The environmental advocacy group Friends of the Earth was quick to pounce, issuing a press release condemning the poster. “Pure and simple, this is the worst kind of corporate brainwashing,” said the group’s climate and energy tax analyst Ben Schreiber, in a statement. The Campaign for a Commercial-Free Childhood weighed in too. “It’s predatory marketing,” said Susan Linn, the group’s director, in a release of her own.
Part of what critics assail the poster for is that it mentions none of the health and environmental downsides of coal. But in fairness, there’s no mention of Fukushima in the write-up about nuclear or the BP spill in the explanation of oil either. Still, the map is unmistakably weighted toward coal, and its reverse side — where the teacher’s guide is provided — is just as bad, recommending an entire 40-min. class be set aside to “walk students through the basic steps of coal production and how it is used to generate electricity.”
The coal industry is not the only group with which Scholastic has partnered, and Good is quick to point that out. “We did a civics program on the census, helping teachers explain why people should participate,” she says. “We’ve worked with the Federal Trade Commission on media literacy and the National Institute on Drug Abuse to teach about addiction.” Of course, NIDA, the FTC and the census bureau aren’t selling a product — never mind a controversial one — and the coal industry is. Good also mentions that The New York Times is available in classrooms as a commercial product. So, for that matter, is TIME’s own junior partner, Time for Kids — and we clearly aren’t giving it away. No surprise, the folks at TIME (and I suspect at the Times) see a difference between selling news and selling coal — even if selling is undeniably involved in both.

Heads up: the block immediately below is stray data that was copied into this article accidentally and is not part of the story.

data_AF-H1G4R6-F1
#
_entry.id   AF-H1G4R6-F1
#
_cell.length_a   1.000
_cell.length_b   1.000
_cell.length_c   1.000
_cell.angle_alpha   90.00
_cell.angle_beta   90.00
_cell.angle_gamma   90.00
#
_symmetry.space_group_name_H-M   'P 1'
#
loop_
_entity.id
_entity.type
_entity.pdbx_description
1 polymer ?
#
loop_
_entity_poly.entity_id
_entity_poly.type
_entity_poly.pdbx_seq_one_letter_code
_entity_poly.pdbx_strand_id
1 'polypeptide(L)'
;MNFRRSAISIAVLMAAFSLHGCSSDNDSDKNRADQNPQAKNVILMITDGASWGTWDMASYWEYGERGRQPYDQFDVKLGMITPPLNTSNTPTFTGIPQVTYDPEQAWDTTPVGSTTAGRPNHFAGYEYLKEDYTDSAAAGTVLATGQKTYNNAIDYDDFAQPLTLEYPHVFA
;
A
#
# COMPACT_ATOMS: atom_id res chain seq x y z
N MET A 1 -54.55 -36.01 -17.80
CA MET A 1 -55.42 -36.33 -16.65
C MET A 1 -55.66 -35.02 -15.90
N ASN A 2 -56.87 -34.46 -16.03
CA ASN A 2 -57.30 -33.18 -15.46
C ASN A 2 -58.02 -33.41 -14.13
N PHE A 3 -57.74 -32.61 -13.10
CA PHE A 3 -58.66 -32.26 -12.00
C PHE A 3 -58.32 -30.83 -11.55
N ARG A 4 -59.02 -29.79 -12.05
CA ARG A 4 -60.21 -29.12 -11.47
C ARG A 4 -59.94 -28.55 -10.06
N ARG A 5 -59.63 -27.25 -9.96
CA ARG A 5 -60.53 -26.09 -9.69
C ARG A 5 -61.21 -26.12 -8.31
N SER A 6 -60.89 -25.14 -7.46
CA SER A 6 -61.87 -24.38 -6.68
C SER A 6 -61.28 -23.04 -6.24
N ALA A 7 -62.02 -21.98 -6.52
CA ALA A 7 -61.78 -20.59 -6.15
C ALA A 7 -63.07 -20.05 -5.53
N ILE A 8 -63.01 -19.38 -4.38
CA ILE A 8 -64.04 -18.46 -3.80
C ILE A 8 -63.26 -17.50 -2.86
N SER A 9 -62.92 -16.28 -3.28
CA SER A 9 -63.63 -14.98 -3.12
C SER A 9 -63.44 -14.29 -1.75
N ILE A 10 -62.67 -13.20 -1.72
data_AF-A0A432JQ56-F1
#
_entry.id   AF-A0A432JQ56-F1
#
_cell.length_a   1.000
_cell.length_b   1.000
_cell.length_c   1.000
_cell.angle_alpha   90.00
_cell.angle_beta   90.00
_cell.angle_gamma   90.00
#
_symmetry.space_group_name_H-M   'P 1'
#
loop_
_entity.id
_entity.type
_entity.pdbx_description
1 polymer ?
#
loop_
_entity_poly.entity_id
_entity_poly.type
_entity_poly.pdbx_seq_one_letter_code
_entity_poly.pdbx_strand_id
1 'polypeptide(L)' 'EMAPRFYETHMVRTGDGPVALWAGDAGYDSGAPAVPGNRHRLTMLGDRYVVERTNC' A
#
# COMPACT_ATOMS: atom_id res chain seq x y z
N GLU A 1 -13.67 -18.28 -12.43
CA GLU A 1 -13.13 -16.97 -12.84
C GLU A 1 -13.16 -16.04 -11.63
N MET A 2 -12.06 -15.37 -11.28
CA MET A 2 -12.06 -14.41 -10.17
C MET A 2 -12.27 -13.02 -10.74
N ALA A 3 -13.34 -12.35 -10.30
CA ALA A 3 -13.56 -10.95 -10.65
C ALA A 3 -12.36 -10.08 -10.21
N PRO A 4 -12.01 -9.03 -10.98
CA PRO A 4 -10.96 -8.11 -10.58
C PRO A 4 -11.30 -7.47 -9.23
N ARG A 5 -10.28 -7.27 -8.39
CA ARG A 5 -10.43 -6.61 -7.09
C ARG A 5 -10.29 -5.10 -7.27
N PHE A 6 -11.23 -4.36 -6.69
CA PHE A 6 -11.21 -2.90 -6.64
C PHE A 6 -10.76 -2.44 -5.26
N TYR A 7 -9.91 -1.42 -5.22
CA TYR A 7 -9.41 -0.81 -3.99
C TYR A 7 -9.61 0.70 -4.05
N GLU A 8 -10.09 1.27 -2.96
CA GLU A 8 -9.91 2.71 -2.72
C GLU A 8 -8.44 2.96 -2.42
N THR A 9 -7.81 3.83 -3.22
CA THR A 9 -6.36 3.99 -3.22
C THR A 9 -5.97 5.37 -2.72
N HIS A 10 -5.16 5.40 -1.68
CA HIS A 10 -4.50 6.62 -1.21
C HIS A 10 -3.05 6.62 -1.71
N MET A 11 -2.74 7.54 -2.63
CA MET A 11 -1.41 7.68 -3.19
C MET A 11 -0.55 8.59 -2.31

Good would not disclose how much the coal industry paid to have the poster produced and distributed (“We don’t disclose our business dealings with anybody,” she said). Nor did she respond to a follow-up e-mail from TIME asking about the graphical emphasis given to the coal states on the map. A day later, Scholastic issued a statement about the controversy:
This week, Scholastic came under criticism for an 11” x 16” poster map which displays different sources of energy … not so much for the content of the poster but primarily its sponsorship by the American Coal Foundation. We acknowledge that the mere fact of sponsorship may call into question the authenticity of the information, and therefore conclude that we were not vigilant enough as to the effect of sponsorship in this instance. We have no plans to further distribute this particular program. Because we have always been guided by our belief that we can do better, we are undertaking a thorough review of our policy and editorial procedures on sponsored content…”
That decision is welcome. Certainly, when an issue is debated as endlessly and loudly as energy and the environment are, there are plenty of other places for kids to hear all sides and get a more balanced view of things. The problem is, it’s the classroom that’s supposed to provide all that in the first place.